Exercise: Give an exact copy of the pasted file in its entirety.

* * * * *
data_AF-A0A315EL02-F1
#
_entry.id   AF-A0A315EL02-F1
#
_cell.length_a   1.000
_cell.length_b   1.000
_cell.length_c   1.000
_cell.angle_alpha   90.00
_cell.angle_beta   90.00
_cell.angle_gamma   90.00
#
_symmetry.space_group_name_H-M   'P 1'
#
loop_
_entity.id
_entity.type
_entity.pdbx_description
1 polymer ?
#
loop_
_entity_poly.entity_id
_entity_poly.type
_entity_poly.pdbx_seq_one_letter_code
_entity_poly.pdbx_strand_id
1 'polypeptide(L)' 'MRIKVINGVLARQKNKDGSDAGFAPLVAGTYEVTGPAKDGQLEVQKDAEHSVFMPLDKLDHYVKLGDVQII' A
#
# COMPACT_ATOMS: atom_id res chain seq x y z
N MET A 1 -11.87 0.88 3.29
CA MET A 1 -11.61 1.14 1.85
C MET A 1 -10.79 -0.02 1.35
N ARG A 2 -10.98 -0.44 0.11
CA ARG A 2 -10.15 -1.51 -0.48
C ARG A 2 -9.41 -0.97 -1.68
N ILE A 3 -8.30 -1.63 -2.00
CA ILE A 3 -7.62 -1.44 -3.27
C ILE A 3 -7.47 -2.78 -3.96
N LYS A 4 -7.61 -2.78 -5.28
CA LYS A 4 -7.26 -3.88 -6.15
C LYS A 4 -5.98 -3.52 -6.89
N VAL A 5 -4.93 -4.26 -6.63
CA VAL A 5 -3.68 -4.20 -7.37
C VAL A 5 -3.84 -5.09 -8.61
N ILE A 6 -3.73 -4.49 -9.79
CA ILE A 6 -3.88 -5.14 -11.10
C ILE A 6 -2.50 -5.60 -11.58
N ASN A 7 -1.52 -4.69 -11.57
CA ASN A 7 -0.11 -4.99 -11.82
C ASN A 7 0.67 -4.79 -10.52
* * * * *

data_AF-A0A315EL02-F1
#
_entry.id   AF-A0A315EL02-F1
#
_cell.length_a   1.000
_cell.length_b   1.000
_cell.length_c   1.000
_cell.angle_alpha   90.00
_cell.angle_beta   90.00
_cell.angle_gamma   90.00
#
_symmetry.space_group_name_H-M   'P 1'
#
loop_
_entity.id
_entity.type
_entity.pdbx_description
1 polymer ?
#
loop_
_entity_poly.entity_id
_entity_poly.type
_entity_poly.pdbx_seq_one_letter_code
_entity_poly.pdbx_strand_id
1 'polypeptide(L)' 'MRIKVINGVLARQKNKDGSDAGFAPLVAGTYEVTGPAKDGQLEVQKDAEHSVFMPLDKLDHYVKLGDVQII' A
#
# COMPACT_ATOMS: atom_id res chain seq x y z
N MET A 1 -11.87 0.88 3.29
CA MET A 1 -11.61 1.14 1.85
C MET A 1 -10.79 -0.02 1.35
N ARG A 2 -10.98 -0.44 0.11
CA ARG A 2 -10.15 -1.51 -0.48
C ARG A 2 -9.41 -0.97 -1.68
N ILE A 3 -8.30 -1.63 -2.00
CA ILE A 3 -7.62 -1.44 -3.27
C ILE A 3 -7.47 -2.78 -3.96
N LYS A 4 -7.61 -2.78 -5.28
CA LYS A 4 -7.26 -3.88 -6.15
C LYS A 4 -5.98 -3.52 -6.89
N VAL A 5 -4.93 -4.26 -6.63
CA VAL A 5 -3.68 -4.20 -7.37
C VAL A 5 -3.84 -5.09 -8.61
N ILE A 6 -3.73 -4.49 -9.79
CA ILE A 6 -3.88 -5.14 -11.10
C ILE A 6 -2.50 -5.60 -11.58
N ASN A 7 -1.52 -4.69 -11.57
CA ASN A 7 -0.11 -4.99 -11.82
C ASN A 7 0.67 -4.79 -10.52